• To ascertain whether the patient has adequate Apo A-1 concentrations, particularly if the HDL high-density lipoprotein values ​​are low;
  • As a support in assessing the risk of developing cardiovascular disease (CVD), together with other lipid structure tests;

The Apo A-1 test can be ordered together with the Polypoprotein B (Apo B) to determine the Apo B / Apo A-1 ratio. The latter is sometimes used as an indirect index of the relationship between HDL and LDL, therefore between HDL cholesterol and LDL cholesterol in assessing the risk of developing CVD.



When is the exam prescribed?

The evaluation of the Polypoprotein A-1 is indicated:

  • When the patient has high cholesterol and triglyceride concentrations (hyperlipidemia) and / or a personal or family history of heart disease, to determine the cause;
  • If your doctor is trying to assess the risk of developing heart disease;
  • To monitor the effectiveness of drug treatment to reduce lipid concentrations and / or lifestyle changes, such as a low-fat diet and increased, regular exercise.

Normal values

  • Donna: 115-220 mg/dl
  • Man: 110-190 mg / dl

Apo A-1 Alta - Causes

An increase in serum Apo A-1 may be observed in association with:

  • Familial hyper-alpha-lipoproteinemia;
  • Taking drugs such as: carbamazepine, estrogen, lovastatin, niacin, oral contraceptives, phenobarbital, pravastatin and simvastatin;
  • Exercise;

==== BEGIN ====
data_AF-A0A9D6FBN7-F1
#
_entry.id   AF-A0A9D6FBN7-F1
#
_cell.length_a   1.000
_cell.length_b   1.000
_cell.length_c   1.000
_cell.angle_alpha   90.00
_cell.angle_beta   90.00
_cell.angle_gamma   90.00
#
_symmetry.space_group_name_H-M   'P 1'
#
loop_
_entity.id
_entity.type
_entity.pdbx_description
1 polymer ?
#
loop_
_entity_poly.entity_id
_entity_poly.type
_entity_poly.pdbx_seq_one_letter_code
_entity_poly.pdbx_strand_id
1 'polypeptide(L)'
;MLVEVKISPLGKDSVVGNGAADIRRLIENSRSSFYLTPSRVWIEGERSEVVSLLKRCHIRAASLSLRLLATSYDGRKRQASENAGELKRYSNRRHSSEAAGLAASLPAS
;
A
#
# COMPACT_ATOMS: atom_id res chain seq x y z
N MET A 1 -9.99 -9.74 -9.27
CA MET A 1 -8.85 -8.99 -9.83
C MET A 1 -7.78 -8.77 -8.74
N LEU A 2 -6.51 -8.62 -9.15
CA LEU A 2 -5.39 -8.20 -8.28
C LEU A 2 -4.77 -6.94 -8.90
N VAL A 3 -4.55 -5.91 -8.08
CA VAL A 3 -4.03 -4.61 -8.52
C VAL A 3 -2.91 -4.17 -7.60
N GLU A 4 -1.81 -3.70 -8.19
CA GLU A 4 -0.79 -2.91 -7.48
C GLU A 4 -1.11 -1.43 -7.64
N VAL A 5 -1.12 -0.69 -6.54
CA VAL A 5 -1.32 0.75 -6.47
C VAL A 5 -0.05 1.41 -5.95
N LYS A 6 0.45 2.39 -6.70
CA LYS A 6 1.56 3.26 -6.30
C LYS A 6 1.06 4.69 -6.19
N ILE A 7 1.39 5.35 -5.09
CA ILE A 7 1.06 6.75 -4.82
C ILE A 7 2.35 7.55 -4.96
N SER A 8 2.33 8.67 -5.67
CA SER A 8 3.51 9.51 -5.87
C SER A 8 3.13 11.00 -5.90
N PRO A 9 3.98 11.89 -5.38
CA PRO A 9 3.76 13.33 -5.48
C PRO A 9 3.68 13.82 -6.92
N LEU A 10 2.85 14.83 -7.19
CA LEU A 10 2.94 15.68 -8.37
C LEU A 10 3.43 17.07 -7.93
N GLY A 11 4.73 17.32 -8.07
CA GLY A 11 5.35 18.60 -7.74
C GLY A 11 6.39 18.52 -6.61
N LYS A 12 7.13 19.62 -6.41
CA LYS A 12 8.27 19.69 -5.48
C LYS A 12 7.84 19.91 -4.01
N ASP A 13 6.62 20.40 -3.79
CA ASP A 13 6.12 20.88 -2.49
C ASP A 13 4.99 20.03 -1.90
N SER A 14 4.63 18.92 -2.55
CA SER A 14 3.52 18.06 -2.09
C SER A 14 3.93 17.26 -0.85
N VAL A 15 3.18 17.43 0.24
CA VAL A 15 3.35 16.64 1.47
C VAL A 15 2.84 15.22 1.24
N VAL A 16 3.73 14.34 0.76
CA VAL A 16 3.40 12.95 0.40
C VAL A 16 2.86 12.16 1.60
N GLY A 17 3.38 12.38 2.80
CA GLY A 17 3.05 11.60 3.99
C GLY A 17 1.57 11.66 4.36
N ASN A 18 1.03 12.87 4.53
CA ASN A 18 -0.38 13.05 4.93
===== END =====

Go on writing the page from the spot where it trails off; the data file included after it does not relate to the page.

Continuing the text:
• Pregnancy;
  • Weight loss
  • Use of statins.

Apo A-1 Low - Causes

A reduction in serum Apo A-1 is associated with low HDL levels and decreased removal of excess cholesterol from the body. Low concentrations of Apolipoprotein A1, together with an increased concentration of Apo B, are associated with an increased risk of cardiovascular disease.
The reduction of Polypoprotein A1 may also depend on other factors, such as:


  • Nephrotic syndrome;
  • Chronic renal failure;
  • Taking drugs such as: androgens, beta-blockers, diuretics and progestogens (synthetic progesterone);
  • Hepatocellular disorders;
  • Colestasi;
  • Smoke;
  • Decompensated diabetes;
  • Obesity.

How it is measured

To test for apolipoprotein A-1, a blood sample must be taken from a vein in the arm or, in infants, from a puncture of the heel or finger.


Preparation

Testing for apolipoprotein A-1 is usually done in conjunction with the complete lipid profile. For this reason, the patient may be required to fast for 12 hours before undergoing the test.
In the days preceding the sampling, then, it is recommended to maintain a diet as usual as possible.

Interpretation of Results

  • A decrease in Apolypoprotein A1 can appear in cases of decompensated diabetes, liver disorders, nephropathies or following the intake of androgens, beta-blockers and diuretics. A reduction can also be induced by smoking and diets high in saturated fat and cholesterol.
  • An increase in Polypoprotein A1 can occur after weight loss and when taking certain medications, such as estrogen, contraceptives and statins.